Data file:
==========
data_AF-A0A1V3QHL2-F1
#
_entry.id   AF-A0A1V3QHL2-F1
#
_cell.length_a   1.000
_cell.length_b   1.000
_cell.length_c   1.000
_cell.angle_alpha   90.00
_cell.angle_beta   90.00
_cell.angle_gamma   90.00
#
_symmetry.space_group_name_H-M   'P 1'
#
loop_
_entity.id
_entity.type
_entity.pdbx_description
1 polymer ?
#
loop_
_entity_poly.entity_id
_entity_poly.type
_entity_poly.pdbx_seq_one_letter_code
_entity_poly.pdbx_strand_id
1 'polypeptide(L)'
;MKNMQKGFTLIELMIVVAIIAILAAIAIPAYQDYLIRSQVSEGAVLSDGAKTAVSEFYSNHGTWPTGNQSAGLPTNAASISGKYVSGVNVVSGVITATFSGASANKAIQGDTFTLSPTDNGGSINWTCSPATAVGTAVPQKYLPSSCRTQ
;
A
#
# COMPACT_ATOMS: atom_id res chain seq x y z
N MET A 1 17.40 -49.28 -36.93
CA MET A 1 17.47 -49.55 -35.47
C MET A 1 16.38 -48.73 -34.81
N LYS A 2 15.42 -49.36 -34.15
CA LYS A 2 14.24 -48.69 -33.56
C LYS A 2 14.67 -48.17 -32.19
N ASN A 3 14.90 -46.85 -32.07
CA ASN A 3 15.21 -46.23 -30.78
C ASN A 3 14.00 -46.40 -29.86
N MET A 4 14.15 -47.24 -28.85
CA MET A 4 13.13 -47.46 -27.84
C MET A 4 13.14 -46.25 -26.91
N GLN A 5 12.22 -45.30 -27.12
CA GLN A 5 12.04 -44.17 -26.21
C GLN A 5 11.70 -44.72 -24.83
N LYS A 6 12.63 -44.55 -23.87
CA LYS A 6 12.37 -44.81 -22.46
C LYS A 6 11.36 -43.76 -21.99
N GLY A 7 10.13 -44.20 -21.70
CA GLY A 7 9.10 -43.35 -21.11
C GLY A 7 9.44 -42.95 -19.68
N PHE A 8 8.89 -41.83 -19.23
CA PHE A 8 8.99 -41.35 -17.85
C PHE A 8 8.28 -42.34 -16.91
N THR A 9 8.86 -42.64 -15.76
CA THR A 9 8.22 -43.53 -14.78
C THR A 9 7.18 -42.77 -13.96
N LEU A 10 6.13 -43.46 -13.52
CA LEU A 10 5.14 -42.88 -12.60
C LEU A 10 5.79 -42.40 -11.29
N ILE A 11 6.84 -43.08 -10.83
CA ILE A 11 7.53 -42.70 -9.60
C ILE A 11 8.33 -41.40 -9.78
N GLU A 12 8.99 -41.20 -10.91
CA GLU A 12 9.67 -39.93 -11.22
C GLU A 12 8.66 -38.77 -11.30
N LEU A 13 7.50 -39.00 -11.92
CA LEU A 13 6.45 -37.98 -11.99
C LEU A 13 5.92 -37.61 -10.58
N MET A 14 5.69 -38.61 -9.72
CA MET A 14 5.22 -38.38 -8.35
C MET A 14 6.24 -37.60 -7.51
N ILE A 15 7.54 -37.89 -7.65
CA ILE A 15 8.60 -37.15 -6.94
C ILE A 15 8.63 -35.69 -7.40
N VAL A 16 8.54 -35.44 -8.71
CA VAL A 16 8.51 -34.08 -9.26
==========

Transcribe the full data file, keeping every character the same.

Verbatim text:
data_AF-A0A1V3QHL2-F1
#
_entry.id   AF-A0A1V3QHL2-F1
#
_cell.length_a   1.000
_cell.length_b   1.000
_cell.length_c   1.000
_cell.angle_alpha   90.00
_cell.angle_beta   90.00
_cell.angle_gamma   90.00
#
_symmetry.space_group_name_H-M   'P 1'
#
loop_
_entity.id
_entity.type
_entity.pdbx_description
1 polymer ?
#
loop_
_entity_poly.entity_id
_entity_poly.type
_entity_poly.pdbx_seq_one_letter_code
_entity_poly.pdbx_strand_id
1 'polypeptide(L)'
;MKNMQKGFTLIELMIVVAIIAILAAIAIPAYQDYLIRSQVSEGAVLSDGAKTAVSEFYSNHGTWPTGNQSAGLPTNAASISGKYVSGVNVVSGVITATFSGASANKAIQGDTFTLSPTDNGGSINWTCSPATAVGTAVPQKYLPSSCRTQ
;
A
#
# COMPACT_ATOMS: atom_id res chain seq x y z
N MET A 1 17.40 -49.28 -36.93
CA MET A 1 17.47 -49.55 -35.47
C MET A 1 16.38 -48.73 -34.81
N LYS A 2 15.42 -49.36 -34.15
CA LYS A 2 14.24 -48.69 -33.56
C LYS A 2 14.67 -48.17 -32.19
N ASN A 3 14.90 -46.85 -32.07
CA ASN A 3 15.21 -46.23 -30.78
C ASN A 3 14.00 -46.40 -29.86
N MET A 4 14.15 -47.24 -28.85
CA MET A 4 13.13 -47.46 -27.84
C MET A 4 13.14 -46.25 -26.91
N GLN A 5 12.22 -45.30 -27.12
CA GLN A 5 12.04 -44.17 -26.21
C GLN A 5 11.70 -44.72 -24.83
N LYS A 6 12.63 -44.55 -23.87
CA LYS A 6 12.37 -44.81 -22.46
C LYS A 6 11.36 -43.76 -21.99
N GLY A 7 10.13 -44.20 -21.70
CA GLY A 7 9.10 -43.35 -21.11
C GLY A 7 9.44 -42.95 -19.68
N PHE A 8 8.89 -41.83 -19.23
CA PHE A 8 8.99 -41.35 -17.85
C PHE A 8 8.28 -42.34 -16.91
N THR A 9 8.86 -42.64 -15.76
CA THR A 9 8.22 -43.53 -14.78
C THR A 9 7.18 -42.77 -13.96
N LEU A 10 6.13 -43.46 -13.52
CA LEU A 10 5.14 -42.88 -12.60
C LEU A 10 5.79 -42.40 -11.29
N ILE A 11 6.84 -43.08 -10.83
CA ILE A 11 7.53 -42.70 -9.60
C ILE A 11 8.33 -41.40 -9.78
N GLU A 12 8.99 -41.20 -10.91
CA GLU A 12 9.67 -39.93 -11.22
C GLU A 12 8.66 -38.77 -11.30
N LEU A 13 7.50 -39.00 -11.92
CA LEU A 13 6.45 -37.98 -11.99
C LEU A 13 5.92 -37.61 -10.58
N MET A 14 5.69 -38.61 -9.72
CA MET A 14 5.22 -38.38 -8.35
C MET A 14 6.24 -37.60 -7.51
N ILE A 15 7.54 -37.89 -7.65
CA ILE A 15 8.60 -37.15 -6.94
C ILE A 15 8.63 -35.69 -7.40
N VAL A 16 8.54 -35.44 -8.71
CA VAL A 16 8.51 -34.08 -9.26